State College is poised to require safety inspections beginning in 2024 for borough property owners who operate short-term rentals such as Airbnb and VRBO.

A proposed amendment to the property maintenance code would require all owners who acquire a short-term rental license to also pass the same housing inspection as long-term rentals and receive a standard rental permit from the Centre Region Code Administration. Borough council voted unanimously on Monday to place the amendment on the agenda for action at its Nov. 20 meeting.

In 2022, State College enacted a short-term rental ordinance that, among other regulations, requires an annual $300 license for properties rented out for 29 or fewer days a month and no more than 120 days a year. But, per the building safety and property maintenance code, only properties rented out for seven consecutive days or more are required to pass a safety inspection and receive a rental permit from the code administration.

The amendment would lower the borough’s number of days triggering the requirement of a permit issued by a code officer to one, effectively requiring all rental properties to pass a safety inspection. Bellefonte, College Township and Ferguson Township also require the permit for rentals of one or more days. Patton Township’s minimum is seven days and Harris Township’s is 30.

Council member Peter Marshall raised the issue at an Oct. 16 meeting, and staff determined the most effective way to implement an inspection requirement would be through a revision to the property maintenance code.

“The council is responsible for the health, welfare and safety of its residents and visitors. That’s our function,” Marshall said. “Whether it’s for one day or 30 days or a year, if a place is not safe and you have an incident, you’re going to wish you had done this. There’s no reason why someone renting for a weekend shouldn’t have the same safety as somebody renting for seven days or eight days.”

Centre Region Code safety inspections are done every three years and for State College rental properties currently cost $69 (a $47 code administration fee and a $22 borough fee), Walter Schneider, agency director for the Centre Region Code Administration, said.

Inspections include a review of the interior and exterior of the home for items such as heating, electrical, sanitation, smoke detectors, fire extinguishers, handrails, mold and mildew, to name a few.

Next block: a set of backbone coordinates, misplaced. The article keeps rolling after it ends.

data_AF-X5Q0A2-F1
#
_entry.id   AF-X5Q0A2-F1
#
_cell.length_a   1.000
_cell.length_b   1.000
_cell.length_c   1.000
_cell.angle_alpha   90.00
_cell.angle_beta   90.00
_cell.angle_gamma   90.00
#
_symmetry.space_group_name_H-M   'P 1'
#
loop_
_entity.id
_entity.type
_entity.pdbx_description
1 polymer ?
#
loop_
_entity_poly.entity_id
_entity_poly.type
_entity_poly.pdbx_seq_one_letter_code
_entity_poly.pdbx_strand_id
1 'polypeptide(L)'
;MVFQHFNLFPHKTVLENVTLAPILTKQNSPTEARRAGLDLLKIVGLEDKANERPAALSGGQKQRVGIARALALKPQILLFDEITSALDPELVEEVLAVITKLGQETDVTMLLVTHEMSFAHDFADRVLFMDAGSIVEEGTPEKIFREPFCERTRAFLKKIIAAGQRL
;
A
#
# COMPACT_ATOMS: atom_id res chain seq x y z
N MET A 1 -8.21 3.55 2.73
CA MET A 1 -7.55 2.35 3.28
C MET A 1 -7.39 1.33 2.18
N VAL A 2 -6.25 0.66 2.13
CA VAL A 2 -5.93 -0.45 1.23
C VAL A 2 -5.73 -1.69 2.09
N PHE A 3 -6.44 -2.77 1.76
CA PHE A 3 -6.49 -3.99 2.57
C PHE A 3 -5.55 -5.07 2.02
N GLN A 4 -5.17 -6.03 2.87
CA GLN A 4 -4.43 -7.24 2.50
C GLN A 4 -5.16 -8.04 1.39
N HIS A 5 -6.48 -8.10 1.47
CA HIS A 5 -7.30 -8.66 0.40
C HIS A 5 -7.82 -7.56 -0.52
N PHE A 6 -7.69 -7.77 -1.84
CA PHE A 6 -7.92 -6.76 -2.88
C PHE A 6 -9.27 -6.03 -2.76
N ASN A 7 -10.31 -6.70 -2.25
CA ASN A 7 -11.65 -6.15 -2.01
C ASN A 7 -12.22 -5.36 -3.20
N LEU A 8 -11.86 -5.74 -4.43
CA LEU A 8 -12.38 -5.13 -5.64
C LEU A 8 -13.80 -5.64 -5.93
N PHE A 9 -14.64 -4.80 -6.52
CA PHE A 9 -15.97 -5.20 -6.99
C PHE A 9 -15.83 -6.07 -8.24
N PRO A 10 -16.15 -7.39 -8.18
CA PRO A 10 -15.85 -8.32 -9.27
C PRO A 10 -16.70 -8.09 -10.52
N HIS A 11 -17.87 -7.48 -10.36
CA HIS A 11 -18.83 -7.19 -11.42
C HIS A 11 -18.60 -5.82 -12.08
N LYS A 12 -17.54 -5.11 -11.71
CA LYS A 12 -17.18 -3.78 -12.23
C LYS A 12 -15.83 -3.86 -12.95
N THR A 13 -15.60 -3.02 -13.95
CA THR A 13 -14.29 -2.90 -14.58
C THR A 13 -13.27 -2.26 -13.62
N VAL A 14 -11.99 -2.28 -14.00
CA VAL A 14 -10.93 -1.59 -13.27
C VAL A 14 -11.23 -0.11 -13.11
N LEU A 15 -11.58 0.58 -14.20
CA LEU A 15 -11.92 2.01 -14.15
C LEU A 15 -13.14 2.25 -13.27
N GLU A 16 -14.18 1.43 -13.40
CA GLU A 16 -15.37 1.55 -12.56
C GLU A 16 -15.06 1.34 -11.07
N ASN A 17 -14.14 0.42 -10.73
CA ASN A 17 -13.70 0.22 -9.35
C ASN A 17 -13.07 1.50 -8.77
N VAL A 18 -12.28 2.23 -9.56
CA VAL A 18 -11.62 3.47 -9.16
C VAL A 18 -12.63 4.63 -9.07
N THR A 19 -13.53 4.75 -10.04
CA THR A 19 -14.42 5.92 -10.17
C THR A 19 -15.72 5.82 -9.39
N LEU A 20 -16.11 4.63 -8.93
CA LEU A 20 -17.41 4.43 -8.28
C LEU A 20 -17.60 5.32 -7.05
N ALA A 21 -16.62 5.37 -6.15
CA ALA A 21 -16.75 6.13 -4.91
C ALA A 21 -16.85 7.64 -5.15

Once the code administration receives a list of short-term rental properties from the borough, they will contact the owners about setting up an inspection.

“At that point in time, when we [do] the inspections, the corrections are all based on what we find and we intend to work with folks to be able to make those over a reasonable period of time, realizing they already have a short-term rental permit,” Schneider said. “So we would be working with them for compliance. Most of the time they can make the changes quickly and efficiently, but if there is something that is a little more in-depth we will work with them with respect to timing. We do the same things when folks are buying properties and wanting to turn them into rentals.”

State College currently has 96 licensed short-term rentals and approximately 60 more are in process, Ed LeClear, borough planning director, said. Of those that are licensed, 15 already have a standard rental permit, so at least 81 would require a three-year safety inspection if and when the change goes into effect.

Council member Gopal Balachandran asked whether the inspections would be necessary, since the properties are single-family dwellings already occupied by owners who “presumably… [are] going to make sure that their family or their loved ones or themselves are going to be safe in their home.”

Homeowners decide what level of safety they will have for themselves, and code officials have little say in that, but the inspections for rentals are intended to ensure the safety of those who have no control over the property, Schneider said.

“…Unless the house was built today and we gave it a certificate of occupancy today, once we leave that house I can’t tell you how to maintain your house,” Schneider said. “This program was designed to provide a minimum level of safety for those who do not have control over the property, to have that minimum level of safety and the expectation of safety in the property.”

Council member Deanna Behring inquired whether there had been any incidents that would show the need for requiring the inspections for short-term rentals. Marshall said the goal should be to prevent any such incidents from occurring in the first place.

“We have had examples of problems here, and all you need is one,” Marshall said. “If you can avoid that one, it’s worthwhile.”

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